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this day have the ear of the people, fail not to declare at once the Divine justice against our national sin, and the Divine compassion for all who repent of their complicity with it.
Last Sunday I counselled my people that this blow is the end of human slavery in this Republic, perhaps in the world; and that an aristocracy which had committed the last crime of assassinating its truest friends, can have no more hope of life in any
world ruled by God. It is too early to say who among the individual criminals that have involved this Republic in war should suffer judicial punishment, or what that punishment shall be. When that question comes up it will be met and settled by the calm wisdom and conscience of the loyal American people. To-day there can be nothing better done than to draw the portrait of the great and good man, who, on the very summit of triumph over his nation's foes, even while bending in a gracious attitude of mercy to a subdued enemy, became a martyr to Freedom. If we can hold in our souls a clear and full image of this noble American, we shall carry about with us a guide through all the perils to come. Let me, then, ask your attention to a discourse on the life and character of ABRAHAM LINCOLN.
ABRAHAM LINCOLN was born in Hardin County, Kentucky, February 12, 1809. His paternal ancestors were from Pennsylvania, of Quaker connection, They intermarried with Virginia women, and removed to Kentucky in 1782, where his grandfather was killed by the Indians, in 1784. Both his father and mother were born in Virginia, At seven years of age his family removed to Indiana, and little ABRAHAM, being then a large boy, was put to work with his axe to hew down the forests. For half a century he has plied that axe, till he has hewed his way up through the material, social, civil wilderness of our new American life, to the millennial day of Universal Liberty, guarded by Social Order and the People's Law.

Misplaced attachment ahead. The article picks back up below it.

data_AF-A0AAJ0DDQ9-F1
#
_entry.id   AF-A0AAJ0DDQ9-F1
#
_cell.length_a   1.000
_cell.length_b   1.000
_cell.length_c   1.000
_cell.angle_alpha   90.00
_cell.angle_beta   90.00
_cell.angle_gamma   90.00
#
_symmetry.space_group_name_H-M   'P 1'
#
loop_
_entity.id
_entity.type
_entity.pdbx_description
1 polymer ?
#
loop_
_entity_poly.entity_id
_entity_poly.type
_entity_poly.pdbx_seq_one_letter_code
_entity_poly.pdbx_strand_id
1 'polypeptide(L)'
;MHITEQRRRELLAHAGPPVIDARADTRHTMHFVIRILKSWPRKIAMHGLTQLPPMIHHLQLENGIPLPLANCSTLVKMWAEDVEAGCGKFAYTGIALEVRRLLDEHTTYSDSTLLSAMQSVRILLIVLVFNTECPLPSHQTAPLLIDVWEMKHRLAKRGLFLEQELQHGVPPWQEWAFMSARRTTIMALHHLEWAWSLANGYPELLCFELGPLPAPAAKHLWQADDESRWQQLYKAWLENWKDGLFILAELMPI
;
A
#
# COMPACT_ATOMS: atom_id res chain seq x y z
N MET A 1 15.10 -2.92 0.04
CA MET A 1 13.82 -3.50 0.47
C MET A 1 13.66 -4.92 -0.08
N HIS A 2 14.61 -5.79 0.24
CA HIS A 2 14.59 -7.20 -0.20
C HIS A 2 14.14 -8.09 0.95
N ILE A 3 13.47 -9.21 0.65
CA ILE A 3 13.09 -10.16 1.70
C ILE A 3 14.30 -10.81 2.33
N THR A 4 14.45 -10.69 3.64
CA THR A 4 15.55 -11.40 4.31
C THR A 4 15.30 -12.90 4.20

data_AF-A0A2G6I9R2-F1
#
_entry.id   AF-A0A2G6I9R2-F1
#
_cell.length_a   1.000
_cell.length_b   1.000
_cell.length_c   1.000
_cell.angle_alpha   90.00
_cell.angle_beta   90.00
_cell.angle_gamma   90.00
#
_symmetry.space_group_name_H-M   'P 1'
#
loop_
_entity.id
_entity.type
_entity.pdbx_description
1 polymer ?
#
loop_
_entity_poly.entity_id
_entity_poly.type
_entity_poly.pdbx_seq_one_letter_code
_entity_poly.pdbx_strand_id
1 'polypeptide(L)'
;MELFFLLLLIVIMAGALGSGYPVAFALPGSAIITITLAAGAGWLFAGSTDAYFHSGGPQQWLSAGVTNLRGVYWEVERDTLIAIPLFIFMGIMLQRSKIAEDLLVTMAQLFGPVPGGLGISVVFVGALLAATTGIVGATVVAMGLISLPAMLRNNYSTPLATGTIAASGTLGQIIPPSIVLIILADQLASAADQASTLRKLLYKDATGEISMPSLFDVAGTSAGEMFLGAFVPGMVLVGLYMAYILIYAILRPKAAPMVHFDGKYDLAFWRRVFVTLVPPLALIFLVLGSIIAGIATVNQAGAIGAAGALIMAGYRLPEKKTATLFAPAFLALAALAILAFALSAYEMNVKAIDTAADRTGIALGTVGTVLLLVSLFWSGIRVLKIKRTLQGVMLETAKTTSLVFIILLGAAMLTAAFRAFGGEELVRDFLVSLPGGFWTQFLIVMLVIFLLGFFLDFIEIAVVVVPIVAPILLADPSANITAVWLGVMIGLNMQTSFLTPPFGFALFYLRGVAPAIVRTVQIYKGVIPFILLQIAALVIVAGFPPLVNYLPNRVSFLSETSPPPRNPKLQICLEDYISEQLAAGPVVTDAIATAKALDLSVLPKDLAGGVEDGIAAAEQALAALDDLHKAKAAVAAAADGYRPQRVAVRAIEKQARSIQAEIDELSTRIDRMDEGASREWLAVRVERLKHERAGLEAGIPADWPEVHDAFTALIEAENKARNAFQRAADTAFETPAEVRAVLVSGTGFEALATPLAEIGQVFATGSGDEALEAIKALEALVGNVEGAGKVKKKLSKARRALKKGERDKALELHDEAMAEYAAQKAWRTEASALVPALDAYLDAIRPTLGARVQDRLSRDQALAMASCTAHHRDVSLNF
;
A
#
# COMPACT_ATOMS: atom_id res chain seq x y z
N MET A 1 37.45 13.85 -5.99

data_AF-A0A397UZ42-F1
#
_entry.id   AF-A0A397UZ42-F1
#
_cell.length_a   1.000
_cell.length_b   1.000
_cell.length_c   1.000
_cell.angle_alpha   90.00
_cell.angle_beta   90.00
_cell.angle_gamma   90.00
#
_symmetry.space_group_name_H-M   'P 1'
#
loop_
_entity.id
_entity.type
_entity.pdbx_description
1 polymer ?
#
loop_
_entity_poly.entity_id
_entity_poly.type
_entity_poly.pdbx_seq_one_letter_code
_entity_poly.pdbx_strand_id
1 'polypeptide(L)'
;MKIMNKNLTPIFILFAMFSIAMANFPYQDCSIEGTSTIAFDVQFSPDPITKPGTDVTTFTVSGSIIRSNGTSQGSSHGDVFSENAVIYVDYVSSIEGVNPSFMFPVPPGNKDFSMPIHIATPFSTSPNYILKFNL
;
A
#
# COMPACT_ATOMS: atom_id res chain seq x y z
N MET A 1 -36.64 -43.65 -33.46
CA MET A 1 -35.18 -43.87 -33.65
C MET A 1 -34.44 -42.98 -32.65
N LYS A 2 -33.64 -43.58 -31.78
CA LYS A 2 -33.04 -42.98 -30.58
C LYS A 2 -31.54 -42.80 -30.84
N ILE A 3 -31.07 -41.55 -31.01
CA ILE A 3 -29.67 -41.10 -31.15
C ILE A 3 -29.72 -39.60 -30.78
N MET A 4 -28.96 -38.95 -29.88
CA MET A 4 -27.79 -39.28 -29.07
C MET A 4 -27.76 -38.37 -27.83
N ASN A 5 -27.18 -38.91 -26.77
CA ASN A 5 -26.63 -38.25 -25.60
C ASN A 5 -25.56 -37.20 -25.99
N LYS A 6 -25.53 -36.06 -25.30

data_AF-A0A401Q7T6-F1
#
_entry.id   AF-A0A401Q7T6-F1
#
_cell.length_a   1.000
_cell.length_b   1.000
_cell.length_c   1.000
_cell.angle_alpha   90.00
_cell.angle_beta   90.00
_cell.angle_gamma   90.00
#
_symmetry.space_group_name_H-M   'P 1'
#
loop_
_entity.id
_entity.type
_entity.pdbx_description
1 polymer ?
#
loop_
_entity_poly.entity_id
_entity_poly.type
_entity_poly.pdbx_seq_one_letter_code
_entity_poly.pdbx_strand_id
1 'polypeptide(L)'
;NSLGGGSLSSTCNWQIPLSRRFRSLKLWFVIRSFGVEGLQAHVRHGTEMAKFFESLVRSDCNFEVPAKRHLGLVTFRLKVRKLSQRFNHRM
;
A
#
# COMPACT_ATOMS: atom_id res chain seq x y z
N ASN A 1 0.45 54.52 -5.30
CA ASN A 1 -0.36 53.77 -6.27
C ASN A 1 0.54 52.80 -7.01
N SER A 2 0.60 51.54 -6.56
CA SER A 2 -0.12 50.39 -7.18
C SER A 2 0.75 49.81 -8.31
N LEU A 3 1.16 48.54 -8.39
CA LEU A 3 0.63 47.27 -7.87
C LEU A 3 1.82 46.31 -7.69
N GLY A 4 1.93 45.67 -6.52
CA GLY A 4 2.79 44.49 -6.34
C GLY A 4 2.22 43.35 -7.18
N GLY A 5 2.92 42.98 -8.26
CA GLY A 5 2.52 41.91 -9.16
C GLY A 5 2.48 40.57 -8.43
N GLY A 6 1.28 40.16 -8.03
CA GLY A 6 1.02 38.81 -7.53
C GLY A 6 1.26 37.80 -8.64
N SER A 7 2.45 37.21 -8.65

For twelve years, till he was nineteen, he toiled in the forest, with only one year at school, and then went to New Orleans, as a hired hand on a flat-boat. In 1830, at the age of twenty-one, he removedto Macon County, Illinois, and, true to his filial duty, helped build a log cabin for his father's family, and made rails enough to fence ten acres of land. Probably about this time he offered himself at the office of a lawyer now distinguished in Southern Indiana, as a student, but was rejected at once, as a hopeless subject. I doubt not God had better business for him
just then, than learning Southern Indiana law. He was kept, like Washington, where he could learn of men, study the new life of the mighty West, and slowly mature into a noble growth of manhood. At twenty-two he helped build a boat, at twelve dollars a month, and then took it to New Orleans. On his return he was put in charge of a store and mill, in Menard County, Illinois. In 1832, at the age of twenty-three, he enlisted as a soldier in a volunteer company, going into the Black Hawk War, and was made Captain. He served three months, and on returning home was nominated for the Legislature, and in his own County, strongly opposed to him in politics, received two hundred and seventy-seven out of two hundred and eighty-four votes, though he failed of election. Then he opened a country store, which he gave up to take the office of Postmaster, and began to read law by borrowing books at night, to be returned in the morning. At the same time he bought a compass and chain, and a treatise on surveying, and became a practical surveyor. In 1834 he was elected to the Legislature of Illinois, at the age of twenty-five, and re-elected in 183638 and 1840. In 1836 he began to practice law, not a day too late for him, at the age of twenty-seven. He had become a man before he became a lawyer, and to that fact we owe, perhaps, the preservation, at once of the Constitution and liberty in this Republic.